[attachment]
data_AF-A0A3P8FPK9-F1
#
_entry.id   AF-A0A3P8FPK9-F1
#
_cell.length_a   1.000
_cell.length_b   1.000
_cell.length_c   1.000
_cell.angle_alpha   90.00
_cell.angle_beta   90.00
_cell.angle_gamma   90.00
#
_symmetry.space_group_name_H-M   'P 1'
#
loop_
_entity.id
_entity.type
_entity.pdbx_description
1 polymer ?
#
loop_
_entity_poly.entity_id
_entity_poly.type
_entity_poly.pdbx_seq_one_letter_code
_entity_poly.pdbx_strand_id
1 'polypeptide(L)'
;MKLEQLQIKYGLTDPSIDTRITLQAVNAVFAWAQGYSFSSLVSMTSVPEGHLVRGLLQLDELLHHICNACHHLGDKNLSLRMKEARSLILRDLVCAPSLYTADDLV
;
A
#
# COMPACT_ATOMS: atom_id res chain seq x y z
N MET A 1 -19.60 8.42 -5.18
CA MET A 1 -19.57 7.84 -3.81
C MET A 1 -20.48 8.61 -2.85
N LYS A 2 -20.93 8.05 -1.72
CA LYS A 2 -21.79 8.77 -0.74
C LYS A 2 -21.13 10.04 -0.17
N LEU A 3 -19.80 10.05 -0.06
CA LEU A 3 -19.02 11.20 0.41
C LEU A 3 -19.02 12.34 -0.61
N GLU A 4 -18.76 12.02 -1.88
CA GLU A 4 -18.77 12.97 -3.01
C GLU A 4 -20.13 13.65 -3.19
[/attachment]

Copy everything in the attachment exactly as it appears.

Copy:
data_AF-A0A3P8FPK9-F1
#
_entry.id   AF-A0A3P8FPK9-F1
#
_cell.length_a   1.000
_cell.length_b   1.000
_cell.length_c   1.000
_cell.angle_alpha   90.00
_cell.angle_beta   90.00
_cell.angle_gamma   90.00
#
_symmetry.space_group_name_H-M   'P 1'
#
loop_
_entity.id
_entity.type
_entity.pdbx_description
1 polymer ?
#
loop_
_entity_poly.entity_id
_entity_poly.type
_entity_poly.pdbx_seq_one_letter_code
_entity_poly.pdbx_strand_id
1 'polypeptide(L)'
;MKLEQLQIKYGLTDPSIDTRITLQAVNAVFAWAQGYSFSSLVSMTSVPEGHLVRGLLQLDELLHHICNACHHLGDKNLSLRMKEARSLILRDLVCAPSLYTADDLV
;
A
#
# COMPACT_ATOMS: atom_id res chain seq x y z
N MET A 1 -19.60 8.42 -5.18
CA MET A 1 -19.57 7.84 -3.81
C MET A 1 -20.48 8.61 -2.85
N LYS A 2 -20.93 8.05 -1.72
CA LYS A 2 -21.79 8.77 -0.74
C LYS A 2 -21.13 10.04 -0.17
N LEU A 3 -19.80 10.05 -0.06
CA LEU A 3 -19.02 11.20 0.41
C LEU A 3 -19.02 12.34 -0.61
N GLU A 4 -18.76 12.02 -1.88
CA GLU A 4 -18.77 12.97 -3.01
C GLU A 4 -20.13 13.65 -3.19